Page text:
gauge14iv, RN, NP 8,514 Views
Joined: Mar 24, '02;
Posts: 1,818 (4% Liked)
; Likes: 129
23 year(s) of experience
ICU, ER, HH, NICU, now FNP
Forum for sharing information about starting and operating a nurse practitioner owned practice
Happens all the time - some people keep these charades up for years apparently...
Let's put it this way - you can have fun and be professional, but cute does not serve "the cause". Here's a video that demonstrates it pretty well - It depicts a doctor, not a nurse, but the end perception on the part of patients is the same. Warning - it may not be work appropriate. This is how we are perceived when we put on the cute factor when working with patients. Their health is a serious matter to them, we should treat them as such. Doesn't mean we can't laugh and joke with patients, just means the hair flip, tweety bird tops and hot pink pants are probably not working in our favor.
"If nurses want to be taken seriously they need to quit wearing holiday socks and act like the intelligent educated professionals they are"
Don't remember who said it but it has stuck with me and served me well!
What happens when you get that first 500lb+ pt who won't fit into any of the 5 mechanical lifts the hospital supplies?
I worked as a PCT for over a year in a hospital in North Texas and I did all of those things regularly except setting up a heptafilter and crutch teaching.
Ridiculous isn't it? If WE need a glossary to figure it out, how is anyone who isn't a nurse supposed to figure it out?
The KISS principle applies here
In texas, this is illegal, in fact they made one vet clinic chain stop! It should be reported.
Tenet left their staff stranded the longest in NOLA. Even when HCA/Columbia was sending their own private rescue choppers in, Tenet was holding out.
Nope. Wouldnt work for them. On principle alone.
NOT reporting this facility can jeopardize your license too! You have a legal obligation in most states to report this type of thing
Some state medical boards (like Texas) have policies on treating of friends and family members - start there, because whatever goes on in a facility will need to at least mirror whatever the state's position is.
I don't know about slowing down as an NP! I run just as hard during a days work these days, and faster, but without all the manual lifting and labor intensive tasks. More decision making while on that run for sure. Some days are busy and easy, others are busy and difficult, but I can definately say there is no slowing down.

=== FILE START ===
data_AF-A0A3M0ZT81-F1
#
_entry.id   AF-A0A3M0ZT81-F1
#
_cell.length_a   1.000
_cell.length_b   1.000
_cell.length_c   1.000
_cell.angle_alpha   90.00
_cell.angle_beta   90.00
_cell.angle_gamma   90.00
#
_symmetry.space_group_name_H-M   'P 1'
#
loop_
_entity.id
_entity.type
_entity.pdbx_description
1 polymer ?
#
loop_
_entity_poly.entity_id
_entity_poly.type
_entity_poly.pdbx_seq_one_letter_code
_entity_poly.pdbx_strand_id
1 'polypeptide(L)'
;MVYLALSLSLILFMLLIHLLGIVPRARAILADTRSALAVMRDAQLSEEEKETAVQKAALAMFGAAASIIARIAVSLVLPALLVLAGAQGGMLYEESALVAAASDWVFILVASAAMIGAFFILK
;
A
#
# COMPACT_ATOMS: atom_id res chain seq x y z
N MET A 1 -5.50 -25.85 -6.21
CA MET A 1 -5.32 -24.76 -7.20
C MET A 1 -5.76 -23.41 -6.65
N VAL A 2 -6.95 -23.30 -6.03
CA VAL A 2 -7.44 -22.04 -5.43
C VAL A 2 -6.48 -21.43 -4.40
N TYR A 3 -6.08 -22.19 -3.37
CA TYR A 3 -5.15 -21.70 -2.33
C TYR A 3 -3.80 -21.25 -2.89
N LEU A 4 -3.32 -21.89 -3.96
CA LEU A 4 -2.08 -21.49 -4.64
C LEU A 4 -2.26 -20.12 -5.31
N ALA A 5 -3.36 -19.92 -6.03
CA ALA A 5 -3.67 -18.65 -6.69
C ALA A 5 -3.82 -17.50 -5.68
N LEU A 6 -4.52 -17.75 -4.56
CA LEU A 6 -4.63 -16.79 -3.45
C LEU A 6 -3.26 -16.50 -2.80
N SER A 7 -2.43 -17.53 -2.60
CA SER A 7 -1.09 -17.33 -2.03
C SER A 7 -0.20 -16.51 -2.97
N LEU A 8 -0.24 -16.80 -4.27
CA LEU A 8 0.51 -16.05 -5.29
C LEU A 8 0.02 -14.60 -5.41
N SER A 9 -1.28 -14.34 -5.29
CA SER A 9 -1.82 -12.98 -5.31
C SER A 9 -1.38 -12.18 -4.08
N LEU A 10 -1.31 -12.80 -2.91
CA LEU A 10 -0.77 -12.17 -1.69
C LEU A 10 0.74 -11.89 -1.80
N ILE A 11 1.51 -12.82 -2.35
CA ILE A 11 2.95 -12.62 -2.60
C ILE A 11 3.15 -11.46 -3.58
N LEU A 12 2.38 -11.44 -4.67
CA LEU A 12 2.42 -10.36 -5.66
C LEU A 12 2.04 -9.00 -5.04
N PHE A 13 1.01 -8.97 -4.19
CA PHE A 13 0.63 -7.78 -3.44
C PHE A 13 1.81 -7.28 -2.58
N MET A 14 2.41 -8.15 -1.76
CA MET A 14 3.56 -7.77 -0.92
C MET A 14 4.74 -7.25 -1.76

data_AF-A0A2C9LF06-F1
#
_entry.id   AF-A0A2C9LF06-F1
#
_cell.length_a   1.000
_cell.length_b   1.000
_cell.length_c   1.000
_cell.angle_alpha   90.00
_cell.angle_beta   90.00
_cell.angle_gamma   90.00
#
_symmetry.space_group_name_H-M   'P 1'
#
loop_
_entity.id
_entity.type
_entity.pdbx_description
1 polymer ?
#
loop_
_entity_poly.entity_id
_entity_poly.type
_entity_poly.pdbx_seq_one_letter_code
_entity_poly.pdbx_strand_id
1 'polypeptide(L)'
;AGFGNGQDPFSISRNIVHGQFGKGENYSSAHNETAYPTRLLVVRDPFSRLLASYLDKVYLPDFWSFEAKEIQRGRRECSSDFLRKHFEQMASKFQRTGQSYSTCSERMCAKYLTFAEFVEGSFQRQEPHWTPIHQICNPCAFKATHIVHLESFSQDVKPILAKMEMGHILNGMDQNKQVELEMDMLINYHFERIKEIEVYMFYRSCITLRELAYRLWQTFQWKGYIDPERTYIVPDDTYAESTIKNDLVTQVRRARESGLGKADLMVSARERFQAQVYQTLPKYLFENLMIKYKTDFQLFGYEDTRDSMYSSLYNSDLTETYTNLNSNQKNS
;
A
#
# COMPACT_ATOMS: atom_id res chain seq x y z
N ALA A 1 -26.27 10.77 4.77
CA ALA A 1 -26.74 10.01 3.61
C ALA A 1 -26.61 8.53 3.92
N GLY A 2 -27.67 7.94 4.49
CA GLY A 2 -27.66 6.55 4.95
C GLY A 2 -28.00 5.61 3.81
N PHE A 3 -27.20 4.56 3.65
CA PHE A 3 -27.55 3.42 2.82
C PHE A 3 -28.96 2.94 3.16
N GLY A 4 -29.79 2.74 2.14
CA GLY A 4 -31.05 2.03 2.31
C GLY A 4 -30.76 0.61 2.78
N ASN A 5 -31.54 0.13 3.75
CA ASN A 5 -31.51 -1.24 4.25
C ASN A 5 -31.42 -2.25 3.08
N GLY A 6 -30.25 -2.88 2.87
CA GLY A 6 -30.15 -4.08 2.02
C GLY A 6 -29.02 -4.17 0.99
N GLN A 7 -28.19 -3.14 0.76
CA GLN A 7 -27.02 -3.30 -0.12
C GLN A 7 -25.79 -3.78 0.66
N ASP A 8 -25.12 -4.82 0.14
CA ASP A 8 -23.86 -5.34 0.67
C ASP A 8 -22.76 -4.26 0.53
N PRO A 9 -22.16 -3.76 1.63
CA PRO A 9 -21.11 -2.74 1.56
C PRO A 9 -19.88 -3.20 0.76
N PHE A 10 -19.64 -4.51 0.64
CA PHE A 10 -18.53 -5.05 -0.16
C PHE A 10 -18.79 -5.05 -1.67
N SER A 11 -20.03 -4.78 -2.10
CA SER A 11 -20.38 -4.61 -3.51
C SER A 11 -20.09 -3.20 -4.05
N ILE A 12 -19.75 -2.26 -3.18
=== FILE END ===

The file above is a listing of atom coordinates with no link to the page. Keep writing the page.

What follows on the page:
We have to quit propagating this myth that NPs have more time to spend with patients. I don't get any more time to spend with a patient than my MD counterparts, but ALL of us take the time that is necessary when a patient needs it.
Long hours charting - yes - I do a lot of charting after hours and from home. Still worth it for the simple fact that although I may be working 12 hours a day most of the time, 3 of those 12 are from home. I am closer to self employed in that I pay my own overhead and keep whats left so it makes me definitely more willing to work more as well as more efficiently. I know what it takes to break even, I wonder how I earned my salary at my first employer!
Heh! A sense of humor will take you almost everywhere you want to go!
The beauty of a career in nursing is you are not limited to a single type of job. I have been in nursing in some form starting out as a nurse tech for 20 years now. I have been an RN for 17 of those 20 years, and an NP for the past 4 years.
I have worked in hospitals (ICU, ER, Med-Surg and NICU) home health, management, and worked as an industry consultant for a major advertising agency. I have done consulting for an electronic medical record company, and worked agency. I also did case management for an insurance company for a couple of years when my family needed me on more of a 9-5 no weekends and no holidays schedule.
If you aren't happy where you are, get creative and find someplace where you will be happy. I am in family practice now as an NP and honestly, I don't see ever doing anything else. I love it, it just took me longer than I thought it would to get here.
Everybody is suited to different things, if med-surg (or whatever) isn't your thing there are thousands of other avenues to choose from, and the opportunities are endless.
I'd do it all over again in a heartbeat.
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